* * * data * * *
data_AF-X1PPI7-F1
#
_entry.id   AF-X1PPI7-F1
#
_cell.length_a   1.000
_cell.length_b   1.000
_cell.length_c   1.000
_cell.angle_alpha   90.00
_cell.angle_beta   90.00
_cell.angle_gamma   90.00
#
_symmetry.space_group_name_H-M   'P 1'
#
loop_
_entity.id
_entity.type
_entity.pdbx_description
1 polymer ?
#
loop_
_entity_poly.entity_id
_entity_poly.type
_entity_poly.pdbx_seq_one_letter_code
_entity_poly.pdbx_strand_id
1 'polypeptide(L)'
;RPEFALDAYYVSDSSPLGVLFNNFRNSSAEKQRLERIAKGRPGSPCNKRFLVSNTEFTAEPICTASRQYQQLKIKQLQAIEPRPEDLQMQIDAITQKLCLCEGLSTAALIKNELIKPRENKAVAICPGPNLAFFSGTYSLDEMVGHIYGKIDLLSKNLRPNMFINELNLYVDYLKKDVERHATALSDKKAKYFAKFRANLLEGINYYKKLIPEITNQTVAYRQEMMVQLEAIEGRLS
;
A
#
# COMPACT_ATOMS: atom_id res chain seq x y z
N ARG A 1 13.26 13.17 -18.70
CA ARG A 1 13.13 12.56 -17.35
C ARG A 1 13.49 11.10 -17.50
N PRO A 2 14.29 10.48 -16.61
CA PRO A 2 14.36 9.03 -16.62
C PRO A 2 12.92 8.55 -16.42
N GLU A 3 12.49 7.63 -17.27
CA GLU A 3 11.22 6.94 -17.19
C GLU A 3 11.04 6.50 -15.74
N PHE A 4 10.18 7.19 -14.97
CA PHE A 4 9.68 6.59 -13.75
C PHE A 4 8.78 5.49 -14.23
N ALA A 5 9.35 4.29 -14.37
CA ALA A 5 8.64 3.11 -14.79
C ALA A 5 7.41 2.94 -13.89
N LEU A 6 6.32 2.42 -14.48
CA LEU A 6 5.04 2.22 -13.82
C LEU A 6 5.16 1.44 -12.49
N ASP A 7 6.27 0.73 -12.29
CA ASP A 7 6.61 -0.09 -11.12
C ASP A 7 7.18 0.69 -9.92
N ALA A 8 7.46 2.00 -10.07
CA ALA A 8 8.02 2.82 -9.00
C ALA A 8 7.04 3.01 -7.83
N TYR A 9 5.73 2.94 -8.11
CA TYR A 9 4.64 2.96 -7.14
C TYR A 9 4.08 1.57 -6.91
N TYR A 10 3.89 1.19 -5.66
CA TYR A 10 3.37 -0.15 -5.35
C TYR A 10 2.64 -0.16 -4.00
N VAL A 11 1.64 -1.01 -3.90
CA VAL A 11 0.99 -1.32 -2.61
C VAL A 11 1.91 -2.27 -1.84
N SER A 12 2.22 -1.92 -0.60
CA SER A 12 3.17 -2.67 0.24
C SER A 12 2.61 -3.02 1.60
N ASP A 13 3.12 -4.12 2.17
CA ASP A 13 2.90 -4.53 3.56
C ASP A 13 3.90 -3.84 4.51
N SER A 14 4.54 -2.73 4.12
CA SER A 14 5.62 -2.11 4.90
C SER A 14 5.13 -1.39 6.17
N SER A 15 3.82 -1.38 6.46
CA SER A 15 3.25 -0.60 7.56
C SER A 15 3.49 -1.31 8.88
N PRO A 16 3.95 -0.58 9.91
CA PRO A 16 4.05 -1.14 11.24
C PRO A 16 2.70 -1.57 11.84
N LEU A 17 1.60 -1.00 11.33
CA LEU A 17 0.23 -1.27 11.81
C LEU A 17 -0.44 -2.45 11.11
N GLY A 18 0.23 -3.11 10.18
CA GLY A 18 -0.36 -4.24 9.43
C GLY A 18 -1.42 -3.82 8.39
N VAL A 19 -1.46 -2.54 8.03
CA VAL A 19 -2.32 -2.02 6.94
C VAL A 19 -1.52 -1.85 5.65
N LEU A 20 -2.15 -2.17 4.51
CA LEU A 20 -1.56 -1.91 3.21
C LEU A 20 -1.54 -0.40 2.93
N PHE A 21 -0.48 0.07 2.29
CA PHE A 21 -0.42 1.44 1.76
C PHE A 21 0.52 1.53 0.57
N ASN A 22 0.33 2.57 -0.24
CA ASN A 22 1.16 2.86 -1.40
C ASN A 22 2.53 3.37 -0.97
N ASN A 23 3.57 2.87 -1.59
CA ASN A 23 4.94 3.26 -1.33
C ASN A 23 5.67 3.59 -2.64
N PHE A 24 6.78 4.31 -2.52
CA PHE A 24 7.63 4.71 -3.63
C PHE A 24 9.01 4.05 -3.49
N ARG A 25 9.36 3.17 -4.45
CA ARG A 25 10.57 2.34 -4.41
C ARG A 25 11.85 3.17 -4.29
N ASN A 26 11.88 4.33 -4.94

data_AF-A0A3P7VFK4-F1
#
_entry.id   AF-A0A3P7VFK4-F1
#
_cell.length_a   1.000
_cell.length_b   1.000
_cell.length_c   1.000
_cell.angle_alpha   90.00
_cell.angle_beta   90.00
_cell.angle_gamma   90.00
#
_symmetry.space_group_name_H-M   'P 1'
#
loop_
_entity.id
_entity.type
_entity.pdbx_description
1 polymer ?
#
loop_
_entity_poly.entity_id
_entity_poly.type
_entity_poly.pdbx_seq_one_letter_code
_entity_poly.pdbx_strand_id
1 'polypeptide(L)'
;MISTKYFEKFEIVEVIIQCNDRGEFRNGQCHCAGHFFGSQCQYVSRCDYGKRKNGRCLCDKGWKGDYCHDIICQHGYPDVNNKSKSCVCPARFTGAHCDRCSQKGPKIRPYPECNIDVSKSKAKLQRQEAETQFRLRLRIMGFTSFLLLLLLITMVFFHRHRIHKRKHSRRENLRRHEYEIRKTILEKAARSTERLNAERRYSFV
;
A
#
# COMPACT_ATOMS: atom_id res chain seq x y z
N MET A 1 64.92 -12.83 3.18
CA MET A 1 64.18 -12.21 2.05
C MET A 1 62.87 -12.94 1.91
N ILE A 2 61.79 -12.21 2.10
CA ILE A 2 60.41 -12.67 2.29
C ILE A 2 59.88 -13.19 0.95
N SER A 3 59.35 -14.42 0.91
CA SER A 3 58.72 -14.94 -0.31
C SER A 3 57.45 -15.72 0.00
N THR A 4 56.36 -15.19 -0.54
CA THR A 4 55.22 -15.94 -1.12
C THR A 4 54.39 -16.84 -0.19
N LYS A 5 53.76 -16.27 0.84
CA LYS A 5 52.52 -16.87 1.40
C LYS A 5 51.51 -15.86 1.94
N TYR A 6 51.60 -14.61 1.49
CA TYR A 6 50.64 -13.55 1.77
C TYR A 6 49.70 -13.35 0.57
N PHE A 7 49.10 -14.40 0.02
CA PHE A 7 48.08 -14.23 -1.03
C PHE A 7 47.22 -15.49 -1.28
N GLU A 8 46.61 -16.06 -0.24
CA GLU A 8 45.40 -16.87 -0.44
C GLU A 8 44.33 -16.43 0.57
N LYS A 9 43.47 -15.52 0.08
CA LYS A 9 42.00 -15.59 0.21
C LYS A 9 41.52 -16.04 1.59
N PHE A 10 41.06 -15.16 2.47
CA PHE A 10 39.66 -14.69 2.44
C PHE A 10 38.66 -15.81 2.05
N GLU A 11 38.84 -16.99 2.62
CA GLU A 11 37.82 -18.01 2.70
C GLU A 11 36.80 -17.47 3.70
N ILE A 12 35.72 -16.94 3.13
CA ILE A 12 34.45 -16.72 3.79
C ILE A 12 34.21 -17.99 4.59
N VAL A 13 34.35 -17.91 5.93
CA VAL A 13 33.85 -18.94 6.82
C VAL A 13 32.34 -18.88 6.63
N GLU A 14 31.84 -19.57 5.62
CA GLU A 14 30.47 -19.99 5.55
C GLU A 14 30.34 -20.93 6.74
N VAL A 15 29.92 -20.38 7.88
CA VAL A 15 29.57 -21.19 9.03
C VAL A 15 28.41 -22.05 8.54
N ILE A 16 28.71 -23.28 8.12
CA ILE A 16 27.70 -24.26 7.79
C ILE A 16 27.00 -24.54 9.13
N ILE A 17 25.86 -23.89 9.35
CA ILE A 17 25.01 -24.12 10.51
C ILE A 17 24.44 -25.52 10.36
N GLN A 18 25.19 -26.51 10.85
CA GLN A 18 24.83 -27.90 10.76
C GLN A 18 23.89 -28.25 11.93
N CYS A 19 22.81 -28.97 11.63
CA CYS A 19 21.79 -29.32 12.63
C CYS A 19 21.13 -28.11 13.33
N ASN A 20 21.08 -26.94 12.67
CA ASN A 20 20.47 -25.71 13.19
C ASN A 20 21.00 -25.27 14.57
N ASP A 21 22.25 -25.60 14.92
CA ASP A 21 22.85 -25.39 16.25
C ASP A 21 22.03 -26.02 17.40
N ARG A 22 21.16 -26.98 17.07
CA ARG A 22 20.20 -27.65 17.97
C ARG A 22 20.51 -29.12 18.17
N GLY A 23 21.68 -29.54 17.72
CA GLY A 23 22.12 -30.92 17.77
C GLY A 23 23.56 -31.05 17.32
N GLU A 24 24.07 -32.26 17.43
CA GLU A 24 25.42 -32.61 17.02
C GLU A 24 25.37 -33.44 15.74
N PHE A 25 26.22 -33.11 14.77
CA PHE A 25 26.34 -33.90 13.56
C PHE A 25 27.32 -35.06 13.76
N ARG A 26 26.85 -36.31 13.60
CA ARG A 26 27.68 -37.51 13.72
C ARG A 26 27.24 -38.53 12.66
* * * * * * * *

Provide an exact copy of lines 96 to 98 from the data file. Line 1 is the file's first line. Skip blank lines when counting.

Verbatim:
C ASN A 22 2.53 3.37 -0.97
N ASN A 23 3.57 2.87 -1.59
CA ASN A 23 4.94 3.26 -1.33